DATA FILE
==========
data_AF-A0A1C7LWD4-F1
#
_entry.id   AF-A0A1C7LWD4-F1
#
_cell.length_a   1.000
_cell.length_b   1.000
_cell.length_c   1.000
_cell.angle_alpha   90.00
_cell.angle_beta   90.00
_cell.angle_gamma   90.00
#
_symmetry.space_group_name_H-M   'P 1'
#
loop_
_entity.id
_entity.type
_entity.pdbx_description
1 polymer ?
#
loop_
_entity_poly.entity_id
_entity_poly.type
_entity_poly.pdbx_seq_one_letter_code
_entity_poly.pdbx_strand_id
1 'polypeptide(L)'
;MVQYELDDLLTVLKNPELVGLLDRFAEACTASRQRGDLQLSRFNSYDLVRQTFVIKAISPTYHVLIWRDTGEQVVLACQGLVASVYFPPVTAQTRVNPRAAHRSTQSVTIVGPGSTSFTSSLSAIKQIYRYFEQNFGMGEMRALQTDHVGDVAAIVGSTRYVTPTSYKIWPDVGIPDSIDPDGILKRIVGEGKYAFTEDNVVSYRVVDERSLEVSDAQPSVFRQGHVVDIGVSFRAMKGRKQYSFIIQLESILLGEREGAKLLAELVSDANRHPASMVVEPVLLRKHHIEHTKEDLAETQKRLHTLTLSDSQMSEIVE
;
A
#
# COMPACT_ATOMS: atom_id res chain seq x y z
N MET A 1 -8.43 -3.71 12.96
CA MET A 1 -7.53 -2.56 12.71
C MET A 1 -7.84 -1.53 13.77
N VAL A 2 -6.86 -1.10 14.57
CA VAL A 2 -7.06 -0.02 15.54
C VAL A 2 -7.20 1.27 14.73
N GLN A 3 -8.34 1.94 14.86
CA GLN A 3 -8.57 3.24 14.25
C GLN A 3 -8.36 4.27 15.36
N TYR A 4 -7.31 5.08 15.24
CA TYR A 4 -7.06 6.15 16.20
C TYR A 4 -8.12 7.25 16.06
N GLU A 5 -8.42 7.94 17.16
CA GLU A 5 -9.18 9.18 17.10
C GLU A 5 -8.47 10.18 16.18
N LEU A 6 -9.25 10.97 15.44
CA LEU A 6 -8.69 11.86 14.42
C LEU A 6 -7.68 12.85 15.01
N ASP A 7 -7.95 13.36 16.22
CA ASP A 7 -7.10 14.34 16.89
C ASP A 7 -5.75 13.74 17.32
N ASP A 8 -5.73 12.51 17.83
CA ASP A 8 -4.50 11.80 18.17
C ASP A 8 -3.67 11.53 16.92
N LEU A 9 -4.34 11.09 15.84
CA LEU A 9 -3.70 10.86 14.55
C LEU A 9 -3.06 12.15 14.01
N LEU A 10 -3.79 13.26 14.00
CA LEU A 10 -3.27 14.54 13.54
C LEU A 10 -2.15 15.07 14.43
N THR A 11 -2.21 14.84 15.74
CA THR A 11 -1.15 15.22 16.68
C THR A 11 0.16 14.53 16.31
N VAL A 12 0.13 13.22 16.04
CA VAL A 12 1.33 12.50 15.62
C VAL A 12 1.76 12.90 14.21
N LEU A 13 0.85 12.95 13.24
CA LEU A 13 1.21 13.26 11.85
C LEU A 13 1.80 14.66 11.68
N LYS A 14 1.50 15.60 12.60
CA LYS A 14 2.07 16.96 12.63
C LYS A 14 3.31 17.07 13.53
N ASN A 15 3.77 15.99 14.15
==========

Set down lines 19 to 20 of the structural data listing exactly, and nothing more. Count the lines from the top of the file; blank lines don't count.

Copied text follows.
#
loop_